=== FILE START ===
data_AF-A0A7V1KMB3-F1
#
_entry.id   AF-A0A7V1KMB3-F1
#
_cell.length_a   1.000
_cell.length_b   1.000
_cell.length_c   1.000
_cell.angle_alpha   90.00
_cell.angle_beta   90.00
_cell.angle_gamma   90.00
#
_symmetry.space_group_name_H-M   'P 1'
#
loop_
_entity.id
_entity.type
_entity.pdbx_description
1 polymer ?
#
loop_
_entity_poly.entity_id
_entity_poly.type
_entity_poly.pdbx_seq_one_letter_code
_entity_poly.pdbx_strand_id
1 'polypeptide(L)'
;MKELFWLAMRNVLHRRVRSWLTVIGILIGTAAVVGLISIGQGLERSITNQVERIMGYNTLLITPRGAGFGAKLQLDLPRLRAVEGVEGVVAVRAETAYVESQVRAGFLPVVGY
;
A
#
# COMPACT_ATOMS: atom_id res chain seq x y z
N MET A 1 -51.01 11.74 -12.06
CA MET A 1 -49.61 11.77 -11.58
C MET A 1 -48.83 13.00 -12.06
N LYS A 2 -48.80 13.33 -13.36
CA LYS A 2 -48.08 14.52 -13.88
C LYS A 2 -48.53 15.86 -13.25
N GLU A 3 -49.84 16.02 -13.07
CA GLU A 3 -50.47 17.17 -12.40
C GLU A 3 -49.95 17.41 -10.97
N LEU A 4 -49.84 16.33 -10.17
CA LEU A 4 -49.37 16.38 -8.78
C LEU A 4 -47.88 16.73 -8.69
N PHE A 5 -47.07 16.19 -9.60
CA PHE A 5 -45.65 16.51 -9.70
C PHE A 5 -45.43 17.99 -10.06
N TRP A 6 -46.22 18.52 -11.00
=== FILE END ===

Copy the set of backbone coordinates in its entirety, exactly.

data_AF-A0A7V1KMB3-F1
#
_entry.id   AF-A0A7V1KMB3-F1
#
_cell.length_a   1.000
_cell.length_b   1.000
_cell.length_c   1.000
_cell.angle_alpha   90.00
_cell.angle_beta   90.00
_cell.angle_gamma   90.00
#
_symmetry.space_group_name_H-M   'P 1'
#
loop_
_entity.id
_entity.type
_entity.pdbx_description
1 polymer ?
#
loop_
_entity_poly.entity_id
_entity_poly.type
_entity_poly.pdbx_seq_one_letter_code
_entity_poly.pdbx_strand_id
1 'polypeptide(L)'
;MKELFWLAMRNVLHRRVRSWLTVIGILIGTAAVVGLISIGQGLERSITNQVERIMGYNTLLITPRGAGFGAKLQLDLPRLRAVEGVEGVVAVRAETAYVESQVRAGFLPVVGY
;
A
#
# COMPACT_ATOMS: atom_id res chain seq x y z
N MET A 1 -51.01 11.74 -12.06
CA MET A 1 -49.61 11.77 -11.58
C MET A 1 -48.83 13.00 -12.06
N LYS A 2 -48.80 13.33 -13.36
CA LYS A 2 -48.08 14.52 -13.88
C LYS A 2 -48.53 15.86 -13.25
N GLU A 3 -49.84 16.02 -13.07
CA GLU A 3 -50.47 17.17 -12.40
C GLU A 3 -49.95 17.41 -10.97
N LEU A 4 -49.84 16.33 -10.17
CA LEU A 4 -49.37 16.38 -8.78
C LEU A 4 -47.88 16.73 -8.69
N PHE A 5 -47.07 16.19 -9.60
CA PHE A 5 -45.65 16.51 -9.70
C PHE A 5 -45.43 17.99 -10.06
N TRP A 6 -46.22 18.52 -11.00